BY GILBERT P. BAYORAN
Renewed armed clashes in Sitio Maliko-liko, Brgy. Carabalan, Himamaylan City, Negros Occidental, on March 26, claimed the lives of two suspected New People’s Army rebels, confirmed yesterday by Brig. Gen. Inocencio Pasaporte, 303rd Infantry Brigade commanding officer.
While conducting blocking operations, a platoon-size unit of the 94th Infantry Battalion encountered five NPA rebels believed to be members of the Sentro De Grabidad Platoon of Central Negros (Front) 2.
Pasaporte disclosed that the five-minute firefight led to the death of two rebels, who were left behind buy their fleeing comrades at the encounter site.
Also recovered from the scene of encounter, which is about 200 meters from the first encounter site on March 25, were a fragmentation grenade, nine 12-gauge shotgun ammunition, a sniper scope and subversive documents.
The encounter on March 25 in the same sitio also yielded two improvised landmines with two blasting caps, two rifle grenades, eight magazines of M14 and M16 rifles loaded with ammunition, 100 kilos of rice, four large cooking pots, three pairs of slippers with bloodstains, seven back packs containing personal belongings, six CPP-NPA flags, several cellular phones and two sachets of suspected shabu.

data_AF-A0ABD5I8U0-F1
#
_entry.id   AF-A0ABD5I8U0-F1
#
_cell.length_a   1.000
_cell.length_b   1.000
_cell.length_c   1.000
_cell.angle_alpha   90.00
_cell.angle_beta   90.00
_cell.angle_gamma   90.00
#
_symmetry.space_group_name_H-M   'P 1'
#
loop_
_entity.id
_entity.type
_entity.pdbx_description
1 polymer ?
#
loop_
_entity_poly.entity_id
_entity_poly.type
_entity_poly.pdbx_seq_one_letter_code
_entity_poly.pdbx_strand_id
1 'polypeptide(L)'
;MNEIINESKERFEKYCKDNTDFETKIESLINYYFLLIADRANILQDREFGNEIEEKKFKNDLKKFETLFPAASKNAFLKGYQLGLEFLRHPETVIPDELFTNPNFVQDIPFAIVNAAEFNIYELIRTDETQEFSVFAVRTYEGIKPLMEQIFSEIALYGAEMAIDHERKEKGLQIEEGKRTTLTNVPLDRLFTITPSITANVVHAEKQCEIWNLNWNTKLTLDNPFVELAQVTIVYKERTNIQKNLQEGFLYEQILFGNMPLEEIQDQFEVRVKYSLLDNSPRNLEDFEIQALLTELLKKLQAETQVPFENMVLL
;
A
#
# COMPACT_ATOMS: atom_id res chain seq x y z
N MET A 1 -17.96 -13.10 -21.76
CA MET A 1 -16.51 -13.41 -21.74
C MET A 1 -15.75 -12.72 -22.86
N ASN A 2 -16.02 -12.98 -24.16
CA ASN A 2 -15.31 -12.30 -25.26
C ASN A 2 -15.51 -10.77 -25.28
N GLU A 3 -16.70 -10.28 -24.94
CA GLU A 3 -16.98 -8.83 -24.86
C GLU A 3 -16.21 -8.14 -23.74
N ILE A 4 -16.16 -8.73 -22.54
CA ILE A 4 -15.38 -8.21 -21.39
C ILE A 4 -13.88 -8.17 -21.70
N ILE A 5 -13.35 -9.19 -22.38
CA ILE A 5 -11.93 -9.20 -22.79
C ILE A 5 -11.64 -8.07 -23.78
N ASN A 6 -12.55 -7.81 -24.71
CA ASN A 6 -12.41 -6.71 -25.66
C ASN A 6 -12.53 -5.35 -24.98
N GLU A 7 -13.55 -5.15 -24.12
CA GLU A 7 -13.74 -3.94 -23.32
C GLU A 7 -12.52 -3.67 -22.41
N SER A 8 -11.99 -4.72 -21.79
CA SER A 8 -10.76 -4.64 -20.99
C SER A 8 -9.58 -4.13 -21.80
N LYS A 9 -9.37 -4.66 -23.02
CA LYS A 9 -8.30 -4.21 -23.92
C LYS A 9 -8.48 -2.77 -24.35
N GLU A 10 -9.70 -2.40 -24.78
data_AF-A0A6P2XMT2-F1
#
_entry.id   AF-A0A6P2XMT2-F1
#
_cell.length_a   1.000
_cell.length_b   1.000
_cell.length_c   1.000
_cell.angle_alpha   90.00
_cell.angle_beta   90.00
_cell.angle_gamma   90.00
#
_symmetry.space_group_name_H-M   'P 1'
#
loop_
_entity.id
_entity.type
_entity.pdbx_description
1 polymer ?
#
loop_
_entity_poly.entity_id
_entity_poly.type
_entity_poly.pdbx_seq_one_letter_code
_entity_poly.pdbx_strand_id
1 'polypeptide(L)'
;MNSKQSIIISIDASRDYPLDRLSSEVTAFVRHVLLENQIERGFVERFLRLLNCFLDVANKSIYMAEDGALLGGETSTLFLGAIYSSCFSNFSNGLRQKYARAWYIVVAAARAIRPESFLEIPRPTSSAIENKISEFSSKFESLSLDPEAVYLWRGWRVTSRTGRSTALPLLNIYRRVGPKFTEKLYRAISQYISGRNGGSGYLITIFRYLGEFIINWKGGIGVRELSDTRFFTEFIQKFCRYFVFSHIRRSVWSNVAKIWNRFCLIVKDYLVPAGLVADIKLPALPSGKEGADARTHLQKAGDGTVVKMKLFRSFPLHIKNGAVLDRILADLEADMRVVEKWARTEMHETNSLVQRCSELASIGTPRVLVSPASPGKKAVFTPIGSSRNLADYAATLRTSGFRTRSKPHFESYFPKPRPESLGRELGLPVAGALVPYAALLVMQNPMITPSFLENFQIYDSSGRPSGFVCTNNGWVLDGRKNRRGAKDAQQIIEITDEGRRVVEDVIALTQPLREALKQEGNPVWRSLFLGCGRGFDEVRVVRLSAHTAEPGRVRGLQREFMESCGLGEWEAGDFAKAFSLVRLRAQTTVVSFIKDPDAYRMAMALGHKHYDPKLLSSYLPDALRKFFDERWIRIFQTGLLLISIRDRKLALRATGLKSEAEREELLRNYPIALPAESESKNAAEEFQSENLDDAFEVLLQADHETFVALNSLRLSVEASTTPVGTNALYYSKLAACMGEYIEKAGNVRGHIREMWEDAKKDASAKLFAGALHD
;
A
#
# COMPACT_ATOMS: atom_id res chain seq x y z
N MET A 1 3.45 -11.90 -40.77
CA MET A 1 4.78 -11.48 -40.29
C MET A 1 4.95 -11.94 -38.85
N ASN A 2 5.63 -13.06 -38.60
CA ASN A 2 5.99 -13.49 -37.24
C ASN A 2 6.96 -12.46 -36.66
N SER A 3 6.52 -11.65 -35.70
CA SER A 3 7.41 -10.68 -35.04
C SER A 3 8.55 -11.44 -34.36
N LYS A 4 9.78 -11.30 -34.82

Pasaporte said that the cadavers of two slain rebels were transported to a funeral parlor in Himamaylan City for identification purposes.
Maj. Gen. Benedict Arevalo, 3rd Infantry Division commander, who supervises three Army infantry brigades in Regions 6 and 7, said that the recovery of shabu from the NPA belongings bolstered reports that their leaders and subordinates are now using illegal drugs.
Arevalo also said that he is alarmed that rebel leaders are forcing their members to use illegal drugs.
He also raised the possibility that the CPP-NPA flags and food supplies will be used to celebrate the NPA founding anniversary on March 29.
Arevalo said that the series of encounters in Negros island will serve as an eye-opener to the NPA remnants who still refuse to surrender to the government, to lay down arms, return to the government and live a normal life together with their families.
“As we always say, that there are only two things that could happen to NPA members if they will not surrender, they can be either captured and go to jail, or get killed. So again, we urge them to surrender before it is too late,” Arevalo said.*